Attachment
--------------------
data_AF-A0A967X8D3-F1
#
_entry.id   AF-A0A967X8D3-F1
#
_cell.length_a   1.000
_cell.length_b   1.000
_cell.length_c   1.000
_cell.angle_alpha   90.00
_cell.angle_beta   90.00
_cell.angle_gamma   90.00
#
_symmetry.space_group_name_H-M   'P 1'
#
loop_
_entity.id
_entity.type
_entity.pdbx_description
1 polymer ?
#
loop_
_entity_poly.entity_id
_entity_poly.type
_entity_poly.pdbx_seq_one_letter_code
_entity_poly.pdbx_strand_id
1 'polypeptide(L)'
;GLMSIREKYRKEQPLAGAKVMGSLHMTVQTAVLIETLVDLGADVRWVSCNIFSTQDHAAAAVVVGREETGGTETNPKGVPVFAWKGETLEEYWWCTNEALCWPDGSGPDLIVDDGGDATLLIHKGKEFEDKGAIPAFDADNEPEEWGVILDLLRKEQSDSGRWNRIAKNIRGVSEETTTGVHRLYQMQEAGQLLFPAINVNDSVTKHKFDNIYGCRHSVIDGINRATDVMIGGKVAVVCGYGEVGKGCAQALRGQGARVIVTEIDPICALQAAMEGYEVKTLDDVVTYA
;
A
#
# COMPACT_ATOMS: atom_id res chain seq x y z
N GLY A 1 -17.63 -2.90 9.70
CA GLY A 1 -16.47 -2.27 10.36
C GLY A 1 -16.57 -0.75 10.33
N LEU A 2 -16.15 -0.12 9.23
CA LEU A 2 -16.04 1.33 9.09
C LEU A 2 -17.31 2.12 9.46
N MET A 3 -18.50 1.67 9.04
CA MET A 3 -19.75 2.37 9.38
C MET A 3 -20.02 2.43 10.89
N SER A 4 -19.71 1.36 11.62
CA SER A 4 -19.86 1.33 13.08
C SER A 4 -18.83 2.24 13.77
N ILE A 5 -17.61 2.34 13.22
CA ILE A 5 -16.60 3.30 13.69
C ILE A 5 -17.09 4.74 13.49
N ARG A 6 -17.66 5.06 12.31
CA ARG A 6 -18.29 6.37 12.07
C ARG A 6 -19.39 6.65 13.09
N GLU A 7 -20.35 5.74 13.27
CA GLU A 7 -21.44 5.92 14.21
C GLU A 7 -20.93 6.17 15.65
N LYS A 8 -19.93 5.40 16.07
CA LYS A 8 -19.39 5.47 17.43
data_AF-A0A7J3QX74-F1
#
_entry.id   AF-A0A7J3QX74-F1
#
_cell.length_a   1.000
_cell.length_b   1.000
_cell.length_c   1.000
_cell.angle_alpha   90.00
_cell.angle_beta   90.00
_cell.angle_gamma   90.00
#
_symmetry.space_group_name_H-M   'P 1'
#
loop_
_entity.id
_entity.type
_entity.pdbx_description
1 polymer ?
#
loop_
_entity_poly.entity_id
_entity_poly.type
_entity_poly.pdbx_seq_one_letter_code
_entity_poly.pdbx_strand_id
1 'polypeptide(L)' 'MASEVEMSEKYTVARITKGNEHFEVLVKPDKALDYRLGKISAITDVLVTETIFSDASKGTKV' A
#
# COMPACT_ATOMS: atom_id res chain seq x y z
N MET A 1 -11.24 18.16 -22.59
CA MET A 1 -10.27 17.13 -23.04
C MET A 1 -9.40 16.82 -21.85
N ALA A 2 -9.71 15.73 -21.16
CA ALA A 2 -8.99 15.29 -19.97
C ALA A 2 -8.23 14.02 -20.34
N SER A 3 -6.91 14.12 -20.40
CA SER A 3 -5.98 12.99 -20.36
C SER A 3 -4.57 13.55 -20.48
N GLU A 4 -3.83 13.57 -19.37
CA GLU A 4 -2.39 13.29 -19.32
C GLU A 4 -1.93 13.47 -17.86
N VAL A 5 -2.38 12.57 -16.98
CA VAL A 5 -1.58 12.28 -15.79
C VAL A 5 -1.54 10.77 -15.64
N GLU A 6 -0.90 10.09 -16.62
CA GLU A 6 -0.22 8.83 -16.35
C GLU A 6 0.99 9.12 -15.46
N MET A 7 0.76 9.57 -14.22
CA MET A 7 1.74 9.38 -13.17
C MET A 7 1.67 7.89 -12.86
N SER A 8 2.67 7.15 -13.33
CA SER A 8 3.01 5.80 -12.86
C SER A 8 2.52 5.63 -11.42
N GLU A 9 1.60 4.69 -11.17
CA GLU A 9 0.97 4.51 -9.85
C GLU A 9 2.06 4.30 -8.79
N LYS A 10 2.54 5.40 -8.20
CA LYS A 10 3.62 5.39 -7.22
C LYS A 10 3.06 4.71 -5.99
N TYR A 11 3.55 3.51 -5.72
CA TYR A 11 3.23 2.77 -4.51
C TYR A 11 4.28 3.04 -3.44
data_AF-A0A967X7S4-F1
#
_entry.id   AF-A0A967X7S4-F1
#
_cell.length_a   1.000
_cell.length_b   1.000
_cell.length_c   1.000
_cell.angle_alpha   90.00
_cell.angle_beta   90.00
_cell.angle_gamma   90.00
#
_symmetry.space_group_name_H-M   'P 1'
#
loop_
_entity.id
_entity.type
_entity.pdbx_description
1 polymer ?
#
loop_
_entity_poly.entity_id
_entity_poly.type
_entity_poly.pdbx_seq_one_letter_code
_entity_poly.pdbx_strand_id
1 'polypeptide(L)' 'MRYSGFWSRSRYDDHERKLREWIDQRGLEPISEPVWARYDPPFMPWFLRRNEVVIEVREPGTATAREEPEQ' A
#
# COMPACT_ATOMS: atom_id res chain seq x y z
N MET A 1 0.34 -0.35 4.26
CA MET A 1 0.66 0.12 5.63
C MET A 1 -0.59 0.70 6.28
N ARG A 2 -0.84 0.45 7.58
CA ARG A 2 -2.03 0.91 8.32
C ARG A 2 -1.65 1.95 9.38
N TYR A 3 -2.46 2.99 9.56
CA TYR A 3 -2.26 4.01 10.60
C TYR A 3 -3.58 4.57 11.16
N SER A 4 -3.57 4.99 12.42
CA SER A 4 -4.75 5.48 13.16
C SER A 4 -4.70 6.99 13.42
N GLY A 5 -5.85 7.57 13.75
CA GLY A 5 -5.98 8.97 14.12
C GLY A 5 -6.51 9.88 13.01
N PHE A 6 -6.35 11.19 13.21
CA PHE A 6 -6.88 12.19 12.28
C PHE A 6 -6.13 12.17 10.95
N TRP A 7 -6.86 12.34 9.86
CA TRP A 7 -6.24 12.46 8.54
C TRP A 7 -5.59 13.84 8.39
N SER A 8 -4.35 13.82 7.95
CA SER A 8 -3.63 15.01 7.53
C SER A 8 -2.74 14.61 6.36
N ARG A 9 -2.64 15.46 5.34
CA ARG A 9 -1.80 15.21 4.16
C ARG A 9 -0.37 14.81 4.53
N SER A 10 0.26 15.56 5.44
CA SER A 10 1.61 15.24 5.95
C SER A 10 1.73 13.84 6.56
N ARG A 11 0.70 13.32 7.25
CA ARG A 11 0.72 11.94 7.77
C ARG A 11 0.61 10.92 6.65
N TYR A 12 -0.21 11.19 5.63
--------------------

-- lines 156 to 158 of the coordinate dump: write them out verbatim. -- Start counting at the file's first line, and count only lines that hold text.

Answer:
N PHE A 6 -6.35 11.19 13.21
CA PHE A 6 -6.88 12.19 12.28
C PHE A 6 -6.13 12.17 10.95